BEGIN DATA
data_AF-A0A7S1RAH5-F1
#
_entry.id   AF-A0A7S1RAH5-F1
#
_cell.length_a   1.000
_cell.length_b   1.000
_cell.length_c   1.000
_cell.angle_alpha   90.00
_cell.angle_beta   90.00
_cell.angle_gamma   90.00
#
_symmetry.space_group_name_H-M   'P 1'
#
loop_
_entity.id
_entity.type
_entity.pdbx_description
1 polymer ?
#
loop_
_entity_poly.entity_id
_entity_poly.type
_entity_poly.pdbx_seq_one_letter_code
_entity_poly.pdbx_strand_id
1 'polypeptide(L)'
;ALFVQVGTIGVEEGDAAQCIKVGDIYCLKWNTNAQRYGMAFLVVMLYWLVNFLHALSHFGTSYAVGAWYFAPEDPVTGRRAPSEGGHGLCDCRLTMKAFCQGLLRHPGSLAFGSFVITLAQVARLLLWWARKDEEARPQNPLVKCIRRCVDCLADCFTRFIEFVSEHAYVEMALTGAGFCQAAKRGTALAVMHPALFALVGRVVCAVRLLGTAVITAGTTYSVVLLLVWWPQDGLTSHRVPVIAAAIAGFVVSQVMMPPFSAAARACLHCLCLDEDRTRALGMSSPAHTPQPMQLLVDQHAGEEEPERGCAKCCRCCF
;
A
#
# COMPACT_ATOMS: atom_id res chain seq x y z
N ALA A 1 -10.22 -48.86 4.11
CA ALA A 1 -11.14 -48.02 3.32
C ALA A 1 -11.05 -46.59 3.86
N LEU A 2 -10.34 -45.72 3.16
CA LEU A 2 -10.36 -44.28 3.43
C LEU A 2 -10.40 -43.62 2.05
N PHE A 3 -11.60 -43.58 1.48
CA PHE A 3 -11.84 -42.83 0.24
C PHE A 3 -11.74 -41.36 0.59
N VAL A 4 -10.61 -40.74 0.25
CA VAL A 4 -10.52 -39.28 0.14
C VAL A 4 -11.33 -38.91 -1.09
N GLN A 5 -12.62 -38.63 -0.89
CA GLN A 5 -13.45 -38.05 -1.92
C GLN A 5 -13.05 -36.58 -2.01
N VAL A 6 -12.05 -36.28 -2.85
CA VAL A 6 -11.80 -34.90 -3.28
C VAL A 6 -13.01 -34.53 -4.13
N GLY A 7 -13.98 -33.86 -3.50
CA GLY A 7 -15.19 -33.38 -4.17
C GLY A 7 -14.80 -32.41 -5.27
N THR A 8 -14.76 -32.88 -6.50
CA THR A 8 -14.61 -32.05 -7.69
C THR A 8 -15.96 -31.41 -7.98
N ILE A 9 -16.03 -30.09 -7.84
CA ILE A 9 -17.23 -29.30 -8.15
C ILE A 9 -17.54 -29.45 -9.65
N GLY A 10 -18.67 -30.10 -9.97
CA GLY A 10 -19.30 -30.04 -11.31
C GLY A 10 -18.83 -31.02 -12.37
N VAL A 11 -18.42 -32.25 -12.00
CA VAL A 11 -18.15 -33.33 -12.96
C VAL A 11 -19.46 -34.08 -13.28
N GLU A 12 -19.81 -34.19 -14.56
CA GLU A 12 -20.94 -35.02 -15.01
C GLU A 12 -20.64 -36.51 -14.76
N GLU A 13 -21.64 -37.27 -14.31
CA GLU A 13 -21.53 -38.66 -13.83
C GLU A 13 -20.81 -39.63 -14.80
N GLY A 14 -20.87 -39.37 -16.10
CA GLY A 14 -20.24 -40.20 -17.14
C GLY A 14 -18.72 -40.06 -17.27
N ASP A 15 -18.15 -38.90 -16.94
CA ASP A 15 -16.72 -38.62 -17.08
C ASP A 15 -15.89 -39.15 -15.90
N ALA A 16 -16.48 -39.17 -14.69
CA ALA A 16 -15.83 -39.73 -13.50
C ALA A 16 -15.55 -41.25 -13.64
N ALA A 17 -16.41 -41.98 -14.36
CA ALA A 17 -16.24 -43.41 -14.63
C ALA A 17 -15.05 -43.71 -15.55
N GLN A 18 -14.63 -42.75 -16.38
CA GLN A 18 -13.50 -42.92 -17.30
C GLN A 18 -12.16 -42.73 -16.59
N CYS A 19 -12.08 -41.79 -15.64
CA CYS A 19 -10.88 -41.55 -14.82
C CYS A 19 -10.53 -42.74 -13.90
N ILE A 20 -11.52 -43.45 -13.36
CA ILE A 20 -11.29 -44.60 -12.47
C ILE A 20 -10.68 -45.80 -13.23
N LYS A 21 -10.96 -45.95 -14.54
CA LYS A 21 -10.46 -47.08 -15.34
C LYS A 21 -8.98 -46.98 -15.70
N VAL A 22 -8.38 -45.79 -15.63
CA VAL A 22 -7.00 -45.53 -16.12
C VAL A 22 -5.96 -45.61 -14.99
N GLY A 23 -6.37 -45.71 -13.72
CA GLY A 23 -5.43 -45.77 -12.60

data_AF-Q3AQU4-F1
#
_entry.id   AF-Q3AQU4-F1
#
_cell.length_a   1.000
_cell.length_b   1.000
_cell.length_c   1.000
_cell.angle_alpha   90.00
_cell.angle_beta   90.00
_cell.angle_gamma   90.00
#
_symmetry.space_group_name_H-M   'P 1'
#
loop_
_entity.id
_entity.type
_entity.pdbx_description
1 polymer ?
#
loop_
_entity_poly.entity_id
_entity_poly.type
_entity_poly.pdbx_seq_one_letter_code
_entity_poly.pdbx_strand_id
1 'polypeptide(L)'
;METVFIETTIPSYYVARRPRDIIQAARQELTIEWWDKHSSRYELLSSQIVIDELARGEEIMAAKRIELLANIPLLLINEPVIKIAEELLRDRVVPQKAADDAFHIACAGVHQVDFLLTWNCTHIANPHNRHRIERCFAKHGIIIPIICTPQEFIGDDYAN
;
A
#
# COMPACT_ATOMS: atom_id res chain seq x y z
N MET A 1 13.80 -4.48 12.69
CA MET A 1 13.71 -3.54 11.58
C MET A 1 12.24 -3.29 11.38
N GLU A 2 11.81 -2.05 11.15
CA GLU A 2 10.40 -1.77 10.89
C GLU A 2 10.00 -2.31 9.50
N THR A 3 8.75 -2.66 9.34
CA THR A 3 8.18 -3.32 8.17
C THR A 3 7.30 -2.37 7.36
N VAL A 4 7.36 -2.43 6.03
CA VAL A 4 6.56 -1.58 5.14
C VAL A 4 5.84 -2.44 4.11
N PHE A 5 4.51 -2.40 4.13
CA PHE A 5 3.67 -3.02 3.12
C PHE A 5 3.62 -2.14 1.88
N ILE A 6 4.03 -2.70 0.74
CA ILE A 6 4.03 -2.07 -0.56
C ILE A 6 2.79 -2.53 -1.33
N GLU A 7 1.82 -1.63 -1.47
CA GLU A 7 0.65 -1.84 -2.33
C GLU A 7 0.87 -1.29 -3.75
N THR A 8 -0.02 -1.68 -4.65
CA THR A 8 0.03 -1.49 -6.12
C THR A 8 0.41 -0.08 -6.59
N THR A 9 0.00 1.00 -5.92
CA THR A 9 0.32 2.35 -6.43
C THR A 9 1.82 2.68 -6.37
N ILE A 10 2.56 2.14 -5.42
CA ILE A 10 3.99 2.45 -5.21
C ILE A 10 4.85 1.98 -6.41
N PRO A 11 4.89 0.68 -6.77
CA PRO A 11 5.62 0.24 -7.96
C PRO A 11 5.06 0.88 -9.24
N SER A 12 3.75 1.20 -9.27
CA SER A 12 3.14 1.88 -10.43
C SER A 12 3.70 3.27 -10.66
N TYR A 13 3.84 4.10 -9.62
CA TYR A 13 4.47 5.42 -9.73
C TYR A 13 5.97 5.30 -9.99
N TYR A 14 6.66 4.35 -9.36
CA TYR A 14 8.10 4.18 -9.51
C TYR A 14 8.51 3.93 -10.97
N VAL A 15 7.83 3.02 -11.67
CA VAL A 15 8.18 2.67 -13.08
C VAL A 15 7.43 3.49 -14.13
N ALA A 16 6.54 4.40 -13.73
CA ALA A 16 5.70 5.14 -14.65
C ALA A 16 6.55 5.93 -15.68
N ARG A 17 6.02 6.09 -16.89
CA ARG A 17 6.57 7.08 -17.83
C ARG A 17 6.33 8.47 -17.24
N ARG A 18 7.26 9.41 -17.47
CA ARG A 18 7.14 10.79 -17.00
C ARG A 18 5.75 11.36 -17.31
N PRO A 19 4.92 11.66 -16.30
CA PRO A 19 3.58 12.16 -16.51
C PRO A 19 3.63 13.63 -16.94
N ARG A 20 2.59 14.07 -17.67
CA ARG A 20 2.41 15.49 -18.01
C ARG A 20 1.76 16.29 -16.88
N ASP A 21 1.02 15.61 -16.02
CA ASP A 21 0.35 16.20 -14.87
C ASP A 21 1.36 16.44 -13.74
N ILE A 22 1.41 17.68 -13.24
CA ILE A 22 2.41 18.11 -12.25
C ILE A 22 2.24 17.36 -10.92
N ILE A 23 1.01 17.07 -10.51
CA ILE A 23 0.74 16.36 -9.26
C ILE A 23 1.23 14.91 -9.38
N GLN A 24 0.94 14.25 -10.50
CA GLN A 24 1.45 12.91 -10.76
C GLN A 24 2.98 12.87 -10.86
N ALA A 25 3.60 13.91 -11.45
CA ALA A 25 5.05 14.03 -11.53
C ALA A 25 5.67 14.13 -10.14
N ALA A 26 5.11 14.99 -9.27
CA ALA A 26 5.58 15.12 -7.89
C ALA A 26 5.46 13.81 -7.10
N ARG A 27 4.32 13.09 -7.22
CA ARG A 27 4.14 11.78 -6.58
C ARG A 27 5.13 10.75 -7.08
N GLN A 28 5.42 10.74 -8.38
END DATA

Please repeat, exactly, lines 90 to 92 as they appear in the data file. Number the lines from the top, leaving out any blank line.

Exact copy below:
C ILE A 20 -10.68 -45.80 -13.23
N LYS A 21 -10.96 -45.95 -14.54
CA LYS A 21 -10.46 -47.08 -15.34